Kittens, as much as it pains us to not milk the most high-fashion celebrity event in an entire year, experience tells us that the public interest in finding out who wore whom and what the bitchy fashion bloggers think of tends to fall off tremendously by the third day of coverage. We might be able to milk a Met Gala or Oscars red carpet for an entire week straight, but a socially distanced Golden Globes that apparently no one watched needs to be dispensed with, post haste. Or via hasty posting. So with that in mind, let’s line the remaining folks up and give them all a good, quick judging before sending them on their way. Don’t worry, we’ll probably pit some of them against each other for a classic T Lo showdown post and there’s another rundown of looks on the way, so you’ll still have plenty of opportunities to tell the stars what they got wrong.
And on that note, let’s get to it!
Carey Mulligan in Prada
She’s a low-key gal in a low-key gown. We would expect no differently from her. She wisely chose something that will look good from the chest up in a Zoom shot, what with all that interest around the bustline and shoulders. The lighting’s not great, but this looks like a nice, subtle shade of pink, which suits her. It’s not the most exciting fashion, but it’s elegant and it’s to her tastes.
Catherine O’Hara in Vera Wang
Love every single thing about this. We’ve covered her in various ways over the years and we’re here to tell you: her style game has never been as good as it’s been this past year. Miss Catherine has stepped things up considerably and we love to see it. Great print and some fun and fabulous footwear. What’s not to love here?
Jamie Lee Curtis in Alex Perry
Jaime Lee Curtis’ name trended on twitter for a while after she presented. The funny thing is, every tweet was about her boobs and virtually all of the tweets were hilariously respectful and not weird about it. It was all basically a salute to how perfect they are. She looks spectacular in this dress, of course. We’re not huge fans of the color for her, but the shape and style are perfect. She really is a living testament to taking care of yourself and not falling into the trap of putting off aging.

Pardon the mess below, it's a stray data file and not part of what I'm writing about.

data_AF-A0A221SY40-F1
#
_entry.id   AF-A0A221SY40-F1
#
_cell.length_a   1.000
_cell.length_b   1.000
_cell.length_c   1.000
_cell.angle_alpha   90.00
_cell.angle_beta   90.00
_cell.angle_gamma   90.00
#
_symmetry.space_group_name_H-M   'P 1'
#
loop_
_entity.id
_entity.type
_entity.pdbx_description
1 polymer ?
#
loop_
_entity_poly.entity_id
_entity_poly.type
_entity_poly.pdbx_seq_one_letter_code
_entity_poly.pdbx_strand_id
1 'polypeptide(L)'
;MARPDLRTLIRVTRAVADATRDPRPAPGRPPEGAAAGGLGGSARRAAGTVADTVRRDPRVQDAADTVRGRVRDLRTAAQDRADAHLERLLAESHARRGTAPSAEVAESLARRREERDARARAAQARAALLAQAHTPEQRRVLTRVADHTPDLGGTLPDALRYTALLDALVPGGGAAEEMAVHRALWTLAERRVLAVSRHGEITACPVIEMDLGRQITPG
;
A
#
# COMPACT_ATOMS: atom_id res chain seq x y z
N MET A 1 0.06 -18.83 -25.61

Julia Garner in Prada
She’s perfect for any sort of vaguely 1920s style. This looks fantastic on her but would probably be difficult to pull off for a lot of other actresses. That plunge is way too much, though.
Kaley Cuoco in Oscar de la Renta
It’s funny. We don’t love the color or the style on its own merits, but you add the whimsy of those starbursts and suddenly it all feels perfectly suited to her. It’s elegant but also vaguely irreverent in style.
Laverne Cox in Thai Nguyen Atelier
MISS LAVERNE. Girl, you have brought it.
Her style game is eons away from where it was when she started. This is gorgeous and dramatic and avoids the kind of Beyonce cosplay she has always tended to default to. Love the color on her and we don’t think anyone else could pull off that hairstyle as well.
Leslie Odom Jr. in Valentino
We know this look is a lot. We know that the pieces feel random and oddly fitted. We can’t claim we love every bit of it (a turtleneck under a dress shirt IS NOT A THING AND WILL NEVER BE A THING IF WE HAVE ANYTHING TO SAY AB– sorry, we went off there for a sec), but we do appreciate that he made these choices and turtleneck aside, we kind of love most of the pieces.
Maria Bakalova in Armani Privé
A dress like this will never win any design awards, nor will it set any trends, but it’s so perfect and pretty and flawless. We’re glad she’s taking this time to project such a high-end ingenue image after a film debut that didn’t exactly let her be a pretty princess.
Margot Robbie in Chanel
It’s an okay dress, but it’s a classic example of “You could have any Chanel you wanted and you picked the least Chanel-looking dress of the lot?” Oh well. If nothing else, she’s ready for her vaccination.
Maya Rudolph in Valentino
Oof. Again: You had Valentino at your fingertips, evidently. Why pick something that looks like it came from the nightgown section of the department store? The print is pretty and she’s perfect for a good muumuu or kaftan, but we hate the hem length, the neckline, the lack of sleeves and the big honking seam running down the front. It’s just not a great design.
Olivia Colman in Armani Privé
Sharp, smart, camera-ready and the kind of look where she can easily slip in and out of the fussier or less comfortable parts during any camera break. This strikes us as much closer to her style preferences than any awards show gown.
Sarah Paulson in Prada
A real stunner of a dress, but one of the few that probably didn’t benefit from the home-based setting. This dress needs a red carpet, killer shoes, drop-dead jewelry, and shots from every angle. We hate to make an issue of this sort of thing, but given the dress, some sort of much more subtle or coordinated wrap for that cast would have been so much better. That purple is working against all the eleganza.
Storm Reid in Oscar de la Renta
This is the quintessential Storm Reid look in a lot of ways; a little princessy, a little pop star, a little ingenue, with an absolutely killer lip color.
More to come in Part Two!
[Photo Credit: NBC, Greg Williams for Prada, Andrew Gelwicks/Instagram, Phoebe Joaquin via Avo Yermagyan/Instagran, Diwang Valdez for Prada, Jason Bolden/Instagram, Jessica Paster/Instagram, Kaley Cuoco/Instagram, Matthew Welch for Prada, Miranda Almond/Instagram, Laverne Cox/Instagram]